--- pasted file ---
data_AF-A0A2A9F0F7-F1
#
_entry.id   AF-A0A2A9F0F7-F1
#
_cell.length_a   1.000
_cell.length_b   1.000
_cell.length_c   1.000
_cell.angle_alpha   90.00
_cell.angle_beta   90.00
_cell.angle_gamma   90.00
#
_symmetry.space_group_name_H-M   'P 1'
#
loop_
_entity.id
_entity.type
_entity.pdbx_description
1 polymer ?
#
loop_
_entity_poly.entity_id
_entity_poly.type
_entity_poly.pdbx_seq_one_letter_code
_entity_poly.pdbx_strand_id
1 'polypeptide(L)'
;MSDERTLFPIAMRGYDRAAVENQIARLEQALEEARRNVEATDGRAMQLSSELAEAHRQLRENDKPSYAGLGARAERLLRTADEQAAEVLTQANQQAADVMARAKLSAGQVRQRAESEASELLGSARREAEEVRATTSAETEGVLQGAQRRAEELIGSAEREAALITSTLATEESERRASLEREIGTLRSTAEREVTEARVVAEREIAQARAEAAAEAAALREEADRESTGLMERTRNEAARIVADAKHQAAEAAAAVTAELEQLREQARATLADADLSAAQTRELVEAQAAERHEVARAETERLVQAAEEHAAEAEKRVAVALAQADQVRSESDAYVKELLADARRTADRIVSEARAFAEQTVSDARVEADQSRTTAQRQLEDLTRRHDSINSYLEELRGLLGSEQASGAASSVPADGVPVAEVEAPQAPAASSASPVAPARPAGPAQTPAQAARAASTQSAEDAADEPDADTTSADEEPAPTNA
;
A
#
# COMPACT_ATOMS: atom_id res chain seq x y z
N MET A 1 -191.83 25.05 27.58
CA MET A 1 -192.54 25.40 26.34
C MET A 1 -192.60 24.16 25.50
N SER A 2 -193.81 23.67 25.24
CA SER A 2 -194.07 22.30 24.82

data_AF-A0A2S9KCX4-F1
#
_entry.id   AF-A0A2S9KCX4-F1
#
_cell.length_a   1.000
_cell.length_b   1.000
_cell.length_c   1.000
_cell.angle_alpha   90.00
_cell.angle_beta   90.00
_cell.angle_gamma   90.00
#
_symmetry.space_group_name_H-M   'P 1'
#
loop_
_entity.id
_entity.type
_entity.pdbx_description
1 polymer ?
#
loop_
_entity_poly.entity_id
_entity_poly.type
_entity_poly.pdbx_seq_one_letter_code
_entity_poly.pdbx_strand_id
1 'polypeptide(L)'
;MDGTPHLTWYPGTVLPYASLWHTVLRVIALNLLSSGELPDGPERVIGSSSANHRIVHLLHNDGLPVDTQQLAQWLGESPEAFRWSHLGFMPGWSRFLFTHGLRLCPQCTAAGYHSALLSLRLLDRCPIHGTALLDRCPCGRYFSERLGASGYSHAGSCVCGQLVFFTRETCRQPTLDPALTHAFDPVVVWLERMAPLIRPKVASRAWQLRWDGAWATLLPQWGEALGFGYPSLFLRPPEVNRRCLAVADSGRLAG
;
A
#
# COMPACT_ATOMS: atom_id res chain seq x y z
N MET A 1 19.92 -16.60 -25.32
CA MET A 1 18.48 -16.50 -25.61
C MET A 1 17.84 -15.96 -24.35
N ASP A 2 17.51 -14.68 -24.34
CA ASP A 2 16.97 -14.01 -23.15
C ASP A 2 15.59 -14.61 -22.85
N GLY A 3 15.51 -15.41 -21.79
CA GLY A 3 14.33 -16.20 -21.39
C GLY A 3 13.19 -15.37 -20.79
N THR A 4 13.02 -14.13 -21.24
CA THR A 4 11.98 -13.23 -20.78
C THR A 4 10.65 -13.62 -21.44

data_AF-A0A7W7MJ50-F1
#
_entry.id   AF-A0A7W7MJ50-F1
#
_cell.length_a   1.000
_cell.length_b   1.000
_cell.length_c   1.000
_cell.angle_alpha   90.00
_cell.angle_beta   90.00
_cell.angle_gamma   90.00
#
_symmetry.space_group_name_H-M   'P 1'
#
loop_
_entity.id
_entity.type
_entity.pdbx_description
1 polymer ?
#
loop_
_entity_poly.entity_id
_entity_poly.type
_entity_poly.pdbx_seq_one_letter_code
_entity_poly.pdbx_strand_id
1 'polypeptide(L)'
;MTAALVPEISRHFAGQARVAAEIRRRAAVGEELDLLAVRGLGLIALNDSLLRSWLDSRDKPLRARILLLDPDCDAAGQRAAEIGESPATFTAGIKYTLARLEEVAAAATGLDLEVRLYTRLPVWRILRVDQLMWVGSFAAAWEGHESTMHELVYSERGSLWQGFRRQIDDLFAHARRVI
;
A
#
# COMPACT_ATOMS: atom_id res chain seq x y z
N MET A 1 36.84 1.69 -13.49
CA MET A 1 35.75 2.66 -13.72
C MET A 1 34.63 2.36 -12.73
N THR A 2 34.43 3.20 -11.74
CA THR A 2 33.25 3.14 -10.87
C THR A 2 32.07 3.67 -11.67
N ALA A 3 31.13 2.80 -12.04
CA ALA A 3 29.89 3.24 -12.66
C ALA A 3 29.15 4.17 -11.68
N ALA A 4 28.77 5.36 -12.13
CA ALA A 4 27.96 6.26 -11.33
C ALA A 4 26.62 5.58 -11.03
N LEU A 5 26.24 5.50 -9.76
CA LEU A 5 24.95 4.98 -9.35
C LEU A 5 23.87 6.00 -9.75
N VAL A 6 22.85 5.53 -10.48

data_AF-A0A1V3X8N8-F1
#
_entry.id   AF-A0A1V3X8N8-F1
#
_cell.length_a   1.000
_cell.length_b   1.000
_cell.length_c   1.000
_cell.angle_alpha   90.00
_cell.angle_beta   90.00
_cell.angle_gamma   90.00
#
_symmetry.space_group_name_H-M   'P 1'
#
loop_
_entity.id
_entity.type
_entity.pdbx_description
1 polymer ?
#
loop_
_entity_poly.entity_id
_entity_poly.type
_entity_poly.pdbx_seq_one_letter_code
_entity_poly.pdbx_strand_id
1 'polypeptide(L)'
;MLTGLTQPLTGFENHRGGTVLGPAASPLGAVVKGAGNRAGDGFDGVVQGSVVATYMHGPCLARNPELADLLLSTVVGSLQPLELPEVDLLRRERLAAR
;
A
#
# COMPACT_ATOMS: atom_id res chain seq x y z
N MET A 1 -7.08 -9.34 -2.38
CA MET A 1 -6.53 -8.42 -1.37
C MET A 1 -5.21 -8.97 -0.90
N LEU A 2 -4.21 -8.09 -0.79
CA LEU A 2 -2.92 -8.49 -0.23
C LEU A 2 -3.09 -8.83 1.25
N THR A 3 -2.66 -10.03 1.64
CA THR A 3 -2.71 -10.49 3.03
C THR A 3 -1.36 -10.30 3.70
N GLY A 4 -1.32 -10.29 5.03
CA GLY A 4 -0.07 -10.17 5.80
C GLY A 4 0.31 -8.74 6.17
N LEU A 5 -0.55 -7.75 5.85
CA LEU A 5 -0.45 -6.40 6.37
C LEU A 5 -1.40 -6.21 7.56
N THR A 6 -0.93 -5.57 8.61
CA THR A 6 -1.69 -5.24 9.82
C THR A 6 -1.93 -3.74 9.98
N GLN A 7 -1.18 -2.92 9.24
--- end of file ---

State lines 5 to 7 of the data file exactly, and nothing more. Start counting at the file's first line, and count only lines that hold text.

_cell.length_a   1.000
_cell.length_b   1.000
_cell.length_c   1.000